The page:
FIG. 3 shows a portion of an exemplary enclosure 10 having a thermoelectric dehumidifier 100 in accordance with the present invention. The enclosure can be an antenna array for a shipboard radar that may include thousands of transmit/receive modules (not shown). The array 10 includes a support structure 12 for holding the transmit/receive modules. The support structure 12 can include a manifold 14 having a fluid coolant network for dissipating heat and maintaining the temperature within the enclosure to acceptable levels. First and second fluid ports 16 can form a part of the coolant network that can extend throughout the support structure.
The thermoelectric dehumidifier 100 can be located in a variety of locations within the array enclosure. In an exemplary embodiment, the thermoelectric dehumidifier 100 is located in upper corner of the array enclosure 10 to take advantage of natural convection within the enclosure. The hotplate 106 can face the transmit receive modules and the coldplate 108 can face an outer wall of the array enclosure. A stiffening member 109 can be affixed to the hotplate 106 to increase the overall structural integrity of the dehumidifier. A gap ranging from about one inch to about six inches is provided between the coldplate and the enclosure to allow natural convection to circulate air within the enclosure. That is, air within the relatively sealed enclosure circulates without active forces, such as a fan. Mass diffusion reduces humidity in the absence of air circulation but at a relatively slow rate.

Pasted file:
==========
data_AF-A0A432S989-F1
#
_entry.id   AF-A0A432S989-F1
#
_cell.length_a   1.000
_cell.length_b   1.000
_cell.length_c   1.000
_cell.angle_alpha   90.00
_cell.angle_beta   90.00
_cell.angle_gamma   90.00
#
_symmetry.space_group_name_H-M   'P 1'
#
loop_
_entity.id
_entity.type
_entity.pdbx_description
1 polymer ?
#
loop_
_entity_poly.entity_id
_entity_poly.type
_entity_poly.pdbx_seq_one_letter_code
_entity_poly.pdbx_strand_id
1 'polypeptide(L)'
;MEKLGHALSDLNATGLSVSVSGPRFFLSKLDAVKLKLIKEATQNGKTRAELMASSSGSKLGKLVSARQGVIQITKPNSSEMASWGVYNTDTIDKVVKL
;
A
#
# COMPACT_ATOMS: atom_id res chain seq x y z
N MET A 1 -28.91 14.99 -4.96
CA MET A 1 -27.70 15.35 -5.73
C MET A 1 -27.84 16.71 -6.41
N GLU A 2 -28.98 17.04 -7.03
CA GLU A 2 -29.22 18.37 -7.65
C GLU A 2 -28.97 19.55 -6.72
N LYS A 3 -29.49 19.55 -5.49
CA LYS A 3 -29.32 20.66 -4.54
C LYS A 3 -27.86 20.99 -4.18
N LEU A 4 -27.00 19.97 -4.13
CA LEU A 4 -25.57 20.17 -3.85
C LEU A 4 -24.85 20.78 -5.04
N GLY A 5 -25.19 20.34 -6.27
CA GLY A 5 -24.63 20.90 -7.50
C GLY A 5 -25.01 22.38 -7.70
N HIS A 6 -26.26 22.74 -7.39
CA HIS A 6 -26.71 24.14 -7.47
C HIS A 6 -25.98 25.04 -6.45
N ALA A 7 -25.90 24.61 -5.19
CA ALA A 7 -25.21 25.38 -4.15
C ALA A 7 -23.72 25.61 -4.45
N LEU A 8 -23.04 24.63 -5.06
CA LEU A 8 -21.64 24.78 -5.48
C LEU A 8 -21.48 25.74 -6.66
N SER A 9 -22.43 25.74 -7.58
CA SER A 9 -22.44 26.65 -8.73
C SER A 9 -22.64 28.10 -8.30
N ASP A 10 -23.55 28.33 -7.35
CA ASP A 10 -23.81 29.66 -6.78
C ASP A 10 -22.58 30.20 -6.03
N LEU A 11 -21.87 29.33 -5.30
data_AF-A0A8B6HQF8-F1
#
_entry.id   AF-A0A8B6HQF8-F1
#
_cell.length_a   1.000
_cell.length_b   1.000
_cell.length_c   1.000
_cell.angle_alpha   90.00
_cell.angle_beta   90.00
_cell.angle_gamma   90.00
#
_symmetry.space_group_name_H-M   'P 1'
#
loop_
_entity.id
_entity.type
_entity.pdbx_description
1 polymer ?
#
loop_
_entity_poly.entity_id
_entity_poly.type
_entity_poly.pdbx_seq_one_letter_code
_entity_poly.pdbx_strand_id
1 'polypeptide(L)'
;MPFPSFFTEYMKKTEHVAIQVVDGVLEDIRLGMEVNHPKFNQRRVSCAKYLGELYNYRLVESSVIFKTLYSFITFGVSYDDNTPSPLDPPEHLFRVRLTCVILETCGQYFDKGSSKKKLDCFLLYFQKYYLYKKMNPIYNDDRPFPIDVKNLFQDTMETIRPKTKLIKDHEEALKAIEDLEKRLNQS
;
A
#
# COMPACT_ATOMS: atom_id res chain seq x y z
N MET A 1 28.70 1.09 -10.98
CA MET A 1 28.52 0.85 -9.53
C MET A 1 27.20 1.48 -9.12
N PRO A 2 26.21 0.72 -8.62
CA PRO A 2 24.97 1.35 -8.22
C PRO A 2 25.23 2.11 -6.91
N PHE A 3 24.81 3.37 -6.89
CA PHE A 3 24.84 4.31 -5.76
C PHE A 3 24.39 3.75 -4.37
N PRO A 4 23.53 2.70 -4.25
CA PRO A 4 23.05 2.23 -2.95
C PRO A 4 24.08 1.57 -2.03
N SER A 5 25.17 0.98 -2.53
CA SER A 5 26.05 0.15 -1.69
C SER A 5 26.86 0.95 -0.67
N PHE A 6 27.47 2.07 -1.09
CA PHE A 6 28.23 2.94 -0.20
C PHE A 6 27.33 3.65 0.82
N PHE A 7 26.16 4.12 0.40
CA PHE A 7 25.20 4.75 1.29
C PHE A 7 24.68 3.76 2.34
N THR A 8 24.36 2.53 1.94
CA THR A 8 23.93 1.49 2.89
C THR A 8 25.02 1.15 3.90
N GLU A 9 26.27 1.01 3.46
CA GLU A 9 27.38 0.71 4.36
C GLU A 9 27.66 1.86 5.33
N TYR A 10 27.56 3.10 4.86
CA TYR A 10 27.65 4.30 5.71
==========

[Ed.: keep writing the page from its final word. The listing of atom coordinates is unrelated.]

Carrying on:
FIG. 4 shows a further embodiment of an antenna array having a thermoelectric dehumidifier 100 in accordance with the present invention. One or more comers of the thermoelectric dehumidifier 100 proximate the coldplate 108 can be formed as a beveled surface 111 to facilitate condensate collection on the coldplate and into the gutter 112 at the bottom of the device. In addition, portions of the coldplate 108 in which it is undesirable to form condensate can be covered with a thermally insulative material 119. In general, insulation is affixed to the thermoelectric dehumidifier at edges of the outer surface on or near the coldplate as well as below the gutter since condensate formed below the gutter would not drain into the gutter.
In operation, the coldplate 108 is cooled to a relatively cold temperature, e.g., four degrees Celsius, which causes moisture in the enclosure to condense on the coldplate. The moisture collects on the coldplate 108 and travels downward into the gutter 112 and ultimately out of the enclosure via the drainage tube 116. In the event that external air enters the enclosure via the drainage tube, this air is immediately exposed to the coldplate. Thus, moisture within incoming air is at least to some extent removed before it enters the array interior.